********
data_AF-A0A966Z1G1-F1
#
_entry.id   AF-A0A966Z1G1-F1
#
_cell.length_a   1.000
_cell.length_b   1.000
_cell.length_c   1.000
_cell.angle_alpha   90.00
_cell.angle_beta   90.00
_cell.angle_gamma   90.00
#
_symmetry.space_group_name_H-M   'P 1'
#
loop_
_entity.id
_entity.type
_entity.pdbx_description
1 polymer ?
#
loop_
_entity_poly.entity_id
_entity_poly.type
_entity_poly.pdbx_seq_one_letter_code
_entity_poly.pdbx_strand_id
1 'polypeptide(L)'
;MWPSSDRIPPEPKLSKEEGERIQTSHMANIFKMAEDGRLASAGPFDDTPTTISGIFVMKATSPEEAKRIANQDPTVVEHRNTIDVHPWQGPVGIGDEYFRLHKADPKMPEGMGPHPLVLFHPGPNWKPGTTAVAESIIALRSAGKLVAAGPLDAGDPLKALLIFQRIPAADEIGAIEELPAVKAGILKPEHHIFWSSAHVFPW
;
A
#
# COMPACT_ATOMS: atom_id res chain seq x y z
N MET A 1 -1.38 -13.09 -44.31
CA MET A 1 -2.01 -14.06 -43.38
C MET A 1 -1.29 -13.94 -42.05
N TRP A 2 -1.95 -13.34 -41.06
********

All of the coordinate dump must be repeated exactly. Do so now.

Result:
data_AF-A0A966Z1G1-F1
#
_entry.id   AF-A0A966Z1G1-F1
#
_cell.length_a   1.000
_cell.length_b   1.000
_cell.length_c   1.000
_cell.angle_alpha   90.00
_cell.angle_beta   90.00
_cell.angle_gamma   90.00
#
_symmetry.space_group_name_H-M   'P 1'
#
loop_
_entity.id
_entity.type
_entity.pdbx_description
1 polymer ?
#
loop_
_entity_poly.entity_id
_entity_poly.type
_entity_poly.pdbx_seq_one_letter_code
_entity_poly.pdbx_strand_id
1 'polypeptide(L)'
;MWPSSDRIPPEPKLSKEEGERIQTSHMANIFKMAEDGRLASAGPFDDTPTTISGIFVMKATSPEEAKRIANQDPTVVEHRNTIDVHPWQGPVGIGDEYFRLHKADPKMPEGMGPHPLVLFHPGPNWKPGTTAVAESIIALRSAGKLVAAGPLDAGDPLKALLIFQRIPAADEIGAIEELPAVKAGILKPEHHIFWSSAHVFPW
;
A
#
# COMPACT_ATOMS: atom_id res chain seq x y z
N MET A 1 -1.38 -13.09 -44.31
CA MET A 1 -2.01 -14.06 -43.38
C MET A 1 -1.29 -13.94 -42.05
N TRP A 2 -1.95 -13.34 -41.06